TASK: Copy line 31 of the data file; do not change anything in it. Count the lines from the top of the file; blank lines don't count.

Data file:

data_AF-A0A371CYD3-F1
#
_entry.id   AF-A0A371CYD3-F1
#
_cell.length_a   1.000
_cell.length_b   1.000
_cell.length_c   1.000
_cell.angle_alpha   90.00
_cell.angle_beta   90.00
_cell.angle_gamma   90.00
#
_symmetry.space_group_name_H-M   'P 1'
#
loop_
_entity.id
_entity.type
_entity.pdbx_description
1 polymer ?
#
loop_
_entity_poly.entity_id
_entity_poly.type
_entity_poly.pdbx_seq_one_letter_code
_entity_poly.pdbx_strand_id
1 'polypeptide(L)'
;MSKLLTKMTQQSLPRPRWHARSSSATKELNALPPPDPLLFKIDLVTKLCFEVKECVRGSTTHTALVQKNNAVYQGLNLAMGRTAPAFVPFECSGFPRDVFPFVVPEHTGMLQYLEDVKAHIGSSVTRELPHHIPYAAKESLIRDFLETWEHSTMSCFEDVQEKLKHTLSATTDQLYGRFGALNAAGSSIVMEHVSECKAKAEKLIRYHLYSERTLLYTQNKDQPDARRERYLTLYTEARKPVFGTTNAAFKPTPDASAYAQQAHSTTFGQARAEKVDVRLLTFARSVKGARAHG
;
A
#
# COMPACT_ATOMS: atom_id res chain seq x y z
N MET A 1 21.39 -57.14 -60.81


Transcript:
N MET A 1 21.39 -57.14 -60.81